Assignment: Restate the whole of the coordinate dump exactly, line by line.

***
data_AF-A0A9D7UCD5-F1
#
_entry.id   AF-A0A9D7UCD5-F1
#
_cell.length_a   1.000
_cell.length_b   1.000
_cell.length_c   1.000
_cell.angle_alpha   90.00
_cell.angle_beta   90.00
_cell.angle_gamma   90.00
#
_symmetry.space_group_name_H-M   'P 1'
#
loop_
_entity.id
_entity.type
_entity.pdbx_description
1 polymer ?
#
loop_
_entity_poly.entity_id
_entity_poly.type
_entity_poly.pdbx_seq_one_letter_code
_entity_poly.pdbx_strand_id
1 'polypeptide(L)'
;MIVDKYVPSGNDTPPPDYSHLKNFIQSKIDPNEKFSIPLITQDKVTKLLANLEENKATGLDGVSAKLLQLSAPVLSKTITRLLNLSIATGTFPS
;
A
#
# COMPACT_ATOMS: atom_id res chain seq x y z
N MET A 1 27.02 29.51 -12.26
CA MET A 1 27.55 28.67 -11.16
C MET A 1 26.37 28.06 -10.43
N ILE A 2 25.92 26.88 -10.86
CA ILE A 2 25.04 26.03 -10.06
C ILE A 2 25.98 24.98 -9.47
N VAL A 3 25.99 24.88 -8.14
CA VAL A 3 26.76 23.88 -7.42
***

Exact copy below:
data_AF-A0A9D7UCD5-F1
#
_entry.id   AF-A0A9D7UCD5-F1
#
_cell.length_a   1.000
_cell.length_b   1.000
_cell.length_c   1.000
_cell.angle_alpha   90.00
_cell.angle_beta   90.00
_cell.angle_gamma   90.00
#
_symmetry.space_group_name_H-M   'P 1'
#
loop_
_entity.id
_entity.type
_entity.pdbx_description
1 polymer ?
#
loop_
_entity_poly.entity_id
_entity_poly.type
_entity_poly.pdbx_seq_one_letter_code
_entity_poly.pdbx_strand_id
1 'polypeptide(L)'
;MIVDKYVPSGNDTPPPDYSHLKNFIQSKIDPNEKFSIPLITQDKVTKLLANLEENKATGLDGVSAKLLQLSAPVLSKTITRLLNLSIATGTFPS
;
A
#
# COMPACT_ATOMS: atom_id res chain seq x y z
N MET A 1 27.02 29.51 -12.26
CA MET A 1 27.55 28.67 -11.16
C MET A 1 26.37 28.06 -10.43
N ILE A 2 25.92 26.88 -10.86
CA ILE A 2 25.04 26.03 -10.06
C ILE A 2 25.98 24.98 -9.47
N VAL A 3 25.99 24.88 -8.14
CA VAL A 3 26.76 23.88 -7.42